Local tennis coach, Tony Polack, is now one of Australia’s highest qualified coaches, after recently completing a high performance course with Tennis Australia. He tells us more about his comeback to coaching.
What is your background as a tennis coach?
When I first came to Coffs Harbour in 1980, I coached for 12 years, full-time. In that time I coached 2 national top ten players and some state rank players, but after 12 years decided that I needed to spend more time with my family. So I stopped coaching full time, but I continued to coach the North Coast regional squad.
What do you love about coaching?
I love seeing kids improve. Whether they’re naturals or they have little or no ball sense, just getting them to the stage of playing comps gives me as much pleasure as taking good kids to a higher level.
You returned to full time coaching 12 months ago …
Yes, I started again in February last year, and I only had about 4 kids before that. They are older now (15 – 17), so I’m starting again with 50% of my juniors aged between 6 and 12. They are basically beginners and they have been coming for 3 terms, since I started coaching again.
We now have 120 juniors coming, and it is building nicely. My aim now is to group them into the ones who look like they are going to be good players and start running programs for them and then keep my Saturday morning juniors going as well.
You recently became qualified as a High Performance Coach through Tennis Australia?
Because I knew I was going back into coaching again full-time, and because I hadn’t done a lot of coaching in the last 10 years, I wanted to make sure that my knowledge was up to date. This High Performance Coaching Course with Tennis Australia is recognised internationally as one of the best coaching courses there is. So I signed up for the course and completed it last year in December.
There is no other higher qualification in Australia as far as coaching goes, so that allows me (if I want to) to actually take somebody on to the professional circuit if they want to make a living out of tennis. I didn’t want my level of knowledge to do with tennis to limit how far my students can go, so if I’ve got a kid who could go right through and become professional, I want them to have the opportunity to do it. With this new qualification under my belt, I know that I can teach them well enough.
Last year I think there were only 6 who finished the High Performance Coaching qualification in NSW. At the moment, there are 500 registered coaches in Australia, and only 25 of them have the High Performance Coaching Qualification. And of those 25 coaches, 95% would be in Sydney or Wollongong. I don’t know of any others in regional NSW, so I’m definitely in the vast minority of tennis coaches with this qualification.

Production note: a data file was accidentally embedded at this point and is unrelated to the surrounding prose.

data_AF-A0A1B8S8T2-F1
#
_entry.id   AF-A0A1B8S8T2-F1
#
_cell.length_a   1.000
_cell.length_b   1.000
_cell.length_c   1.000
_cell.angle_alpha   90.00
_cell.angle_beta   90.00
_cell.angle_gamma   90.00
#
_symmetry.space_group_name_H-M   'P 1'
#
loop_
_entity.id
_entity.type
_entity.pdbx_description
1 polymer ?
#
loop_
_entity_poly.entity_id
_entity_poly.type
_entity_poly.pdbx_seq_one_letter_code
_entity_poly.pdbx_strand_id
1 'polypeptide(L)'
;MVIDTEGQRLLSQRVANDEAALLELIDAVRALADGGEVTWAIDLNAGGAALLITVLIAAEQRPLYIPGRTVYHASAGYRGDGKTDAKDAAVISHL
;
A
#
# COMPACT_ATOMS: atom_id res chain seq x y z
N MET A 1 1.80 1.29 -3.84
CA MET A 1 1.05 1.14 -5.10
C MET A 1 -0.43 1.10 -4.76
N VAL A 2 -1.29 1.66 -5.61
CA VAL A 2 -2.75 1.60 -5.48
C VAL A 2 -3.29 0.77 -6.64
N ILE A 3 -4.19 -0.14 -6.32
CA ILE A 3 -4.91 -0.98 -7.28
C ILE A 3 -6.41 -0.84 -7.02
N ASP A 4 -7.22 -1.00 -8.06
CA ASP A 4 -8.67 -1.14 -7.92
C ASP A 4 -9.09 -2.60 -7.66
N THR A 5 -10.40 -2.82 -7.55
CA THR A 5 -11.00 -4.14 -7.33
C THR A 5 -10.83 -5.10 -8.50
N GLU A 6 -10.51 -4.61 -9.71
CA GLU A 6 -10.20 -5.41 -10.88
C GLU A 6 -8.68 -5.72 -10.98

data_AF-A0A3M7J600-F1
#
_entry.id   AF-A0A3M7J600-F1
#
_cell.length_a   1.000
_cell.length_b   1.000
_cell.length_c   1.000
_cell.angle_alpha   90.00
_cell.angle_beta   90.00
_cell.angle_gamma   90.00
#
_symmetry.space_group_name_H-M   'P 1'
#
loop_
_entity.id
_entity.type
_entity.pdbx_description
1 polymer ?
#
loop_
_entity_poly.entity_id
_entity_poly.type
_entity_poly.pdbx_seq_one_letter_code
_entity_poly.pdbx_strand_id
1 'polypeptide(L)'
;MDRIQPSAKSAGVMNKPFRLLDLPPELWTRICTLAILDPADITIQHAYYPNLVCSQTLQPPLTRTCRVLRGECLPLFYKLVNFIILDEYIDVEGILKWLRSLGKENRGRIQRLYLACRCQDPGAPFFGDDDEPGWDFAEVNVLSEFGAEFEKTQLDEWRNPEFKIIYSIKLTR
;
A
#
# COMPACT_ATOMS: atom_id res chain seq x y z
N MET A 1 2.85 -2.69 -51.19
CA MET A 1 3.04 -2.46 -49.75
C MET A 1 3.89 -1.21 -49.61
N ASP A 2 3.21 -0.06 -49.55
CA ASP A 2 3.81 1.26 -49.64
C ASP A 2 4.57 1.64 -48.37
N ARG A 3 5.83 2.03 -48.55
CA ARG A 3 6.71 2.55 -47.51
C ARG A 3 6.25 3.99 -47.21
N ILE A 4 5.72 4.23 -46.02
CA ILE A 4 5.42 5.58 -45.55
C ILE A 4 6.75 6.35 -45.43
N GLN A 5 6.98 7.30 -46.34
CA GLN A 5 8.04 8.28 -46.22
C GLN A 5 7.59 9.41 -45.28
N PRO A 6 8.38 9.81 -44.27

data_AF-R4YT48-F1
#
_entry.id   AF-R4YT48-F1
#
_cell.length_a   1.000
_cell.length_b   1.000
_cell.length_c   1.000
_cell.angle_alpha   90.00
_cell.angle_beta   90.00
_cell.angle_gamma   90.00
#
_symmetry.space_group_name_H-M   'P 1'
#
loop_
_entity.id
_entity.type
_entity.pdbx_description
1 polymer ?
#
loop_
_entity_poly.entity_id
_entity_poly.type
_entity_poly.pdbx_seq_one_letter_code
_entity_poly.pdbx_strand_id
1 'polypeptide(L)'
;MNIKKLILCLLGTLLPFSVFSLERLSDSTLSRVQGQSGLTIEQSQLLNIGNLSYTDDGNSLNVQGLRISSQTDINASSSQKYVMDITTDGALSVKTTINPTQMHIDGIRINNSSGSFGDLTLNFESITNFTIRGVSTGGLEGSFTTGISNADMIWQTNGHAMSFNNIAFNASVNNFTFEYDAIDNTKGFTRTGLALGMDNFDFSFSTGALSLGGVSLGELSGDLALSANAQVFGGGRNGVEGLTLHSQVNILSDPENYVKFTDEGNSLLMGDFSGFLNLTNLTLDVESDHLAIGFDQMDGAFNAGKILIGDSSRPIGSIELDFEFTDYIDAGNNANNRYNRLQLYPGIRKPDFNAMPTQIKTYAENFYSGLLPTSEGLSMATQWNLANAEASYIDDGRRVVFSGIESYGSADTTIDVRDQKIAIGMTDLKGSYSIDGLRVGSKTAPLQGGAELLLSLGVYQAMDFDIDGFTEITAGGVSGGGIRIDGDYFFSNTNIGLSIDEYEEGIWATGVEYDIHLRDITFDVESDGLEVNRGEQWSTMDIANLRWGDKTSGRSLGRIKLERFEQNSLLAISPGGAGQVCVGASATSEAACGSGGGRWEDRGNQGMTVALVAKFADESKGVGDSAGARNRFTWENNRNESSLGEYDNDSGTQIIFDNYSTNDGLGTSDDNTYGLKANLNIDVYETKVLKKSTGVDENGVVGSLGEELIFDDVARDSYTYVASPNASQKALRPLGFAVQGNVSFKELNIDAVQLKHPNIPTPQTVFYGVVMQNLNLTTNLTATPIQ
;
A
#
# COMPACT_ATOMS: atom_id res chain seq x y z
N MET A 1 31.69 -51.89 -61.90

The course was really full on – it was like being back at uni again! There was a lot of work involved, and I actually even spent some time with the Sydney FC in their Sports Physiology Unit learning about different coaching methods. It surprised me to learn that fitness coaching for soccer is very similar to tennis – they train their players to run in short sprints just like we do!
Were you much of a player yourself before you started coaching?
I did play. I actually got to a level where I went to uni and I probably played more tennis than study! When I finished my degree, I went overseas and played tennis for a couple of years, and I also did some coaching overseas for about 12 months.
When I was overseas seeing the world, it didn’t cost me a cent. I actually won enough money playing in that time to get me through, but I got bored at tournaments – and that’s when I came back here and started coaching.
Aside from your general coaching, you’ve actually launched a Cardio-Tennis fitness program. What does that involve?
We actually started Cardio-Tennis before Tennis Australia – they are just starting it now. We started about 6 months ago and called it Aerobics Tennis.
It was just a way for adults to have a fun fitness session, without going indoors to a gym. The sessions are held outdoors; we do it to music. I’ve got heart rate monitors that I give to every participant at each session, and I can tell if they are training in a safe zone for their own fitness level. While it’s a great fitness program, it’s also a social outing.
In the Cardio-Tennis program there’s a group of 6 to 8 ladies, men or mixed on a court having a great time playing tennis related games, but the activity is non-stop for an hour.
Do participants have to be any good at tennis to join in?
You don’t even have to have your own tennis racquet! It doesn’t matter if you haven’t picked up a racquet before at all – the sessions are run for all tennis abilities.
We use modified balls which are softer and much slower, so it doesn’t matter if we have a good player and someone who has never picked up a racquet before – they will get exactly the same benefit out of the sessions.
How can people find out more?
I can be contacted directly on
0428 454 928.